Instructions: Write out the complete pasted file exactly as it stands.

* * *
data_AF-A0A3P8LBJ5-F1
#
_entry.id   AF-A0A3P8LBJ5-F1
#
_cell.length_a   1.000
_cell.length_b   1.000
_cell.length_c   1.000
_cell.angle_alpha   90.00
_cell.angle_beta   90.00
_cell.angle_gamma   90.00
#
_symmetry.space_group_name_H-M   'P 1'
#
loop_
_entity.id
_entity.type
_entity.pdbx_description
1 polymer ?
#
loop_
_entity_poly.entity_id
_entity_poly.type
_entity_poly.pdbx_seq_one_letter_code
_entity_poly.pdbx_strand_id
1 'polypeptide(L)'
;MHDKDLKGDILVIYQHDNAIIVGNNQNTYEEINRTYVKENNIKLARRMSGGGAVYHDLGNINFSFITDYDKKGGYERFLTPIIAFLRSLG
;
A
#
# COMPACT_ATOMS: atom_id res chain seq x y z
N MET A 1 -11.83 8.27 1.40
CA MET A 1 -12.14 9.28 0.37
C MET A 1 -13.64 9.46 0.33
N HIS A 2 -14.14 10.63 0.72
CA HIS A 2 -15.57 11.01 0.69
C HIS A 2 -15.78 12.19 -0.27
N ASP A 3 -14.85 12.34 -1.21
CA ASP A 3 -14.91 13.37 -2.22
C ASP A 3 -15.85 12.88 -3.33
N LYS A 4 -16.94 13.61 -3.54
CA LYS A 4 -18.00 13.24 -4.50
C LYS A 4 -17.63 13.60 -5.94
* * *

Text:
data_AF-A0A3P8LBJ5-F1
#
_entry.id   AF-A0A3P8LBJ5-F1
#
_cell.length_a   1.000
_cell.length_b   1.000
_cell.length_c   1.000
_cell.angle_alpha   90.00
_cell.angle_beta   90.00
_cell.angle_gamma   90.00
#
_symmetry.space_group_name_H-M   'P 1'
#
loop_
_entity.id
_entity.type
_entity.pdbx_description
1 polymer ?
#
loop_
_entity_poly.entity_id
_entity_poly.type
_entity_poly.pdbx_seq_one_letter_code
_entity_poly.pdbx_strand_id
1 'polypeptide(L)'
;MHDKDLKGDILVIYQHDNAIIVGNNQNTYEEINRTYVKENNIKLARRMSGGGAVYHDLGNINFSFITDYDKKGGYERFLTPIIAFLRSLG
;
A
#
# COMPACT_ATOMS: atom_id res chain seq x y z
N MET A 1 -11.83 8.27 1.40
CA MET A 1 -12.14 9.28 0.37
C MET A 1 -13.64 9.46 0.33
N HIS A 2 -14.14 10.63 0.72
CA HIS A 2 -15.57 11.01 0.69
C HIS A 2 -15.78 12.19 -0.27
N ASP A 3 -14.85 12.34 -1.21
CA ASP A 3 -14.91 13.37 -2.22
C ASP A 3 -15.85 12.88 -3.33
N LYS A 4 -16.94 13.61 -3.54
CA LYS A 4 -18.00 13.24 -4.50
C LYS A 4 -17.63 13.60 -5.94